I continue to support the Affordable Care Act’s (ACA) goal of increasing access to quality, affordable health care, despite ongoing implementation challenges. As a nation, we have a moral obligation to create a health care system that works for all Americans. While I would have wanted a different law, I respect that the ACA is the law of the land – upheld by the U.S. Supreme Court in 2012 in spite of intense political challenge. Unfortunately, the failure to get a bipartisan law created a Greek tragedy that continues to bifurcate this country and is making it difficult for the law to live up to its potential.
I believe the law should and will evolve as we gain more experience with what works and what doesn’t in the larger context of transforming America’s health care system. To that end, I offer a few observations.
Good intentions are not enough when it turns to real work
It has been widely recognized that 2014 is a seminal year for the Affordable Care Act as significant health insurance reforms take effect. This new era in health care consumerism was to be marked by online health insurance exchanges, where people could comparison shop to find a policy that best meets their needs. Unfortunately, transforming the individual health insurance market has proven far more difficult than anticipated.
The new marketplace got off to a rocky start in October, with the launch of the exchanges. The federal and some state exchanges were impacted by technology glitches that directly affected consumers’ ability to enroll in a health plan. Compounding the situation was the cancellation of individual insurance policies that no longer met 2014 ACA requirements, causing further worry among consumers. In response, the Administration recommended that policies should be extended into 2014, leaving it to the states and health insurers to decide what to do.
The Administration needs to restore consumer confidence as they continue to fix the federal exchange. Progress has been made to the system’s “front-end,” improving wait times and capacity. However, more must be done to fix the “back-end,” which verifies identity and transmits enrollment data to health insurers. Consumers are rightly concerned. While state and federal exchanges continue to improve, it is almost certain that a small percentage of consumers, (which translates to a 100 percent for the individuals involved), who thought they were enrolled in a plan may, in fact, not be enrolled. Regulators need to work with health insurers and consumer groups to identify this cohort before coverage takes effect, and take steps to solve the problem so consumers won’t be adversely impacted in January.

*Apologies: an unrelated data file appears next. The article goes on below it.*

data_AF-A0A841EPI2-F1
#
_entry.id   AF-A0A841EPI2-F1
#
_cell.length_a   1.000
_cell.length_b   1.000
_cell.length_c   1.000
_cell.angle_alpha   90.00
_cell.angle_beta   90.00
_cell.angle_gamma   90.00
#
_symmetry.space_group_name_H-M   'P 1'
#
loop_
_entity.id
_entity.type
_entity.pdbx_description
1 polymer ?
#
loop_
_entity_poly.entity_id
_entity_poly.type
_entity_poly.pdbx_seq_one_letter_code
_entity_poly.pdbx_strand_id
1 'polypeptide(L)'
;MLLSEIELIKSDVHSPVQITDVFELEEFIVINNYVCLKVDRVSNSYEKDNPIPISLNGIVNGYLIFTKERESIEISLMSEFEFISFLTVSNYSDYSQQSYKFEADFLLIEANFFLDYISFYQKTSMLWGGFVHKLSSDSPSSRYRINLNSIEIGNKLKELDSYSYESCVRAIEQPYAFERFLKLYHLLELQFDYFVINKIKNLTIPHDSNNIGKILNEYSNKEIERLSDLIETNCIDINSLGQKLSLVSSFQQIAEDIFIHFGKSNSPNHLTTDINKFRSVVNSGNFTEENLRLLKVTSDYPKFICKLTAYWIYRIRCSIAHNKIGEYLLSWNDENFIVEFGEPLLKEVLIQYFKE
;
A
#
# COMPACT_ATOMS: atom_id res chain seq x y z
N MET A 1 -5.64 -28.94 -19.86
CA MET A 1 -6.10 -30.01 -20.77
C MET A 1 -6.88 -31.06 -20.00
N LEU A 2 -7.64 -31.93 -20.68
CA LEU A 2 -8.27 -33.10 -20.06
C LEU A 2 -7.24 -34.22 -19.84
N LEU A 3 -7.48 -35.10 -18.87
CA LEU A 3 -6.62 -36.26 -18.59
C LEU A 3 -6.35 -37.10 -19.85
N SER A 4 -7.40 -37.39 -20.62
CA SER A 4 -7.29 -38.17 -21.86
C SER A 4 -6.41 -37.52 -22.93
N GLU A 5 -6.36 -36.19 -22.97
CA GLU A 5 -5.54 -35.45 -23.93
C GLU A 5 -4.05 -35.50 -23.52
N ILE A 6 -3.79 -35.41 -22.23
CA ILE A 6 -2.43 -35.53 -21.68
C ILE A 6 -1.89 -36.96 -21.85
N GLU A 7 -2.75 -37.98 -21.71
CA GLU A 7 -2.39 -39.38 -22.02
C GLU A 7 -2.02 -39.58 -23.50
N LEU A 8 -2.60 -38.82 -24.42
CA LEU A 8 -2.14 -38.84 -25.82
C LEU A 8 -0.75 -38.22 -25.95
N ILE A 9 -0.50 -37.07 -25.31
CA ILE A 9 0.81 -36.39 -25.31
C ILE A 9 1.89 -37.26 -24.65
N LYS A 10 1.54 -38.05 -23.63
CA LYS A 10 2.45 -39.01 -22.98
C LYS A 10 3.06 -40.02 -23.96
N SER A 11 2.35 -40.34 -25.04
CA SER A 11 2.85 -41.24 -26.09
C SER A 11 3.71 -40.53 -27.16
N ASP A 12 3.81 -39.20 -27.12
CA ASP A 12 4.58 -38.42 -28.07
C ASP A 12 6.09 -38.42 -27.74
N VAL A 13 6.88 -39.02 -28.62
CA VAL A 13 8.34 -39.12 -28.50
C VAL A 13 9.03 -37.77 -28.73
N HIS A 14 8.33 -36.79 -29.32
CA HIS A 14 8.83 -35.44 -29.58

Consumers suffer when one entity is both the player and the referee
A big problem with the execution of the federal exchange was that the regulator became the player and referee resulting in issues of oversight and accountability. If a health plan behaved in the same way, the government regulator would issue a “cease and desist” order until the health plan proved it could operate in an effective way.
A good example of how it should work is Medicare Advantage enrollment. The Centers for Medicare and Medicaid Services (CMS), in their role as “referee, “ sets the rules and regulates the plans. If an insurer’s plan does not meet CMS standards, it is not allowed to participate in the Medicare Advantage market. In the federal exchange situation, I believe that political considerations may have caused delays in the release of rules and regulations, providing inadequate time for systems development, leading to a failure to apply traditional, proven systems implementation and testing protocols such as end-to-end testing and a beta group prior to full launch.
When the government is both player and referee, there is no one to “blow the whistle” on a bad call and consumers are left with no place to go because there is no competition and no regulator.
There will be short-term winners and losers, but long-term the system will right itself
It’s fair to say that as we continue to implement the most far-reaching health care legislation in 70 years, the size and scale of this effort is daunting by any measure. For example, annual health care spending in the U.S. is equal to the gross domestic product of France. In restructuring a sector of this magnitude it should surprise no one that there will be winners and losers – at least in the short term – as we work to transform the health care system:
Winners – 2014 insurance reforms will best serve the uninsured and underinsured: